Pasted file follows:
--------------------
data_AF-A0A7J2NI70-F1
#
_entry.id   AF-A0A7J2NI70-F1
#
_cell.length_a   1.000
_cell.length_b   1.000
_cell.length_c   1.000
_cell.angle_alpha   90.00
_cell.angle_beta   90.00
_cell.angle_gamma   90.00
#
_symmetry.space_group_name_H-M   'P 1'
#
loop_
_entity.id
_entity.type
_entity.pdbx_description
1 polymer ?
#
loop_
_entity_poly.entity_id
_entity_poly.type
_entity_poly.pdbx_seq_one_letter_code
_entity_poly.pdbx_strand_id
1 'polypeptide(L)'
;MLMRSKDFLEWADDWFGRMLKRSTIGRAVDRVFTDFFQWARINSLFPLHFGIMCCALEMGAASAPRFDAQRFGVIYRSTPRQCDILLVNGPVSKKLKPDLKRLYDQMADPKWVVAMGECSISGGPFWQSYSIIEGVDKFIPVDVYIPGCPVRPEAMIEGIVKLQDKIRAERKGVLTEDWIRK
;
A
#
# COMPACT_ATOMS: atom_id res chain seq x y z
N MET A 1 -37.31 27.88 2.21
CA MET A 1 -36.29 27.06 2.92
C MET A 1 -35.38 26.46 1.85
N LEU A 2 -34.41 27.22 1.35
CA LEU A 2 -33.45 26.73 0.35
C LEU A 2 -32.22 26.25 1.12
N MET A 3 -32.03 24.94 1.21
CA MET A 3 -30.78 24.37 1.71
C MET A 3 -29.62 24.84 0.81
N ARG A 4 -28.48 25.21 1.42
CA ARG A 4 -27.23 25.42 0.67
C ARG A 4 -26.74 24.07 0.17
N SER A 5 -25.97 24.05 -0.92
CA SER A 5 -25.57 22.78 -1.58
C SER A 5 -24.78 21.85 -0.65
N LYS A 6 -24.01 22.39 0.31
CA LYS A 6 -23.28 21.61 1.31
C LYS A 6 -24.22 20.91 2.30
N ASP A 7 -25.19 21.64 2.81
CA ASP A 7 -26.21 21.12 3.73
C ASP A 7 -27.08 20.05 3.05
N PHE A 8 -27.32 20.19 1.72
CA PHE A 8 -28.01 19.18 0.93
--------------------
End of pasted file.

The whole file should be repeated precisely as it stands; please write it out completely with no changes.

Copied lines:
data_AF-A0A7J2NI70-F1
#
_entry.id   AF-A0A7J2NI70-F1
#
_cell.length_a   1.000
_cell.length_b   1.000
_cell.length_c   1.000
_cell.angle_alpha   90.00
_cell.angle_beta   90.00
_cell.angle_gamma   90.00
#
_symmetry.space_group_name_H-M   'P 1'
#
loop_
_entity.id
_entity.type
_entity.pdbx_description
1 polymer ?
#
loop_
_entity_poly.entity_id
_entity_poly.type
_entity_poly.pdbx_seq_one_letter_code
_entity_poly.pdbx_strand_id
1 'polypeptide(L)'
;MLMRSKDFLEWADDWFGRMLKRSTIGRAVDRVFTDFFQWARINSLFPLHFGIMCCALEMGAASAPRFDAQRFGVIYRSTPRQCDILLVNGPVSKKLKPDLKRLYDQMADPKWVVAMGECSISGGPFWQSYSIIEGVDKFIPVDVYIPGCPVRPEAMIEGIVKLQDKIRAERKGVLTEDWIRK
;
A
#
# COMPACT_ATOMS: atom_id res chain seq x y z
N MET A 1 -37.31 27.88 2.21
CA MET A 1 -36.29 27.06 2.92
C MET A 1 -35.38 26.46 1.85
N LEU A 2 -34.41 27.22 1.35
CA LEU A 2 -33.45 26.73 0.35
C LEU A 2 -32.22 26.25 1.12
N MET A 3 -32.03 24.94 1.21
CA MET A 3 -30.78 24.37 1.71
C MET A 3 -29.62 24.84 0.81
N ARG A 4 -28.48 25.21 1.42
CA ARG A 4 -27.23 25.42 0.67
C ARG A 4 -26.74 24.07 0.17
N SER A 5 -25.97 24.05 -0.92
CA SER A 5 -25.57 22.78 -1.58
C SER A 5 -24.78 21.85 -0.65
N LYS A 6 -24.01 22.39 0.31
CA LYS A 6 -23.28 21.61 1.31
C LYS A 6 -24.22 20.91 2.30
N ASP A 7 -25.19 21.64 2.81
CA ASP A 7 -26.21 21.12 3.73
C ASP A 7 -27.08 20.05 3.05
N PHE A 8 -27.32 20.19 1.72
CA PHE A 8 -28.01 19.18 0.93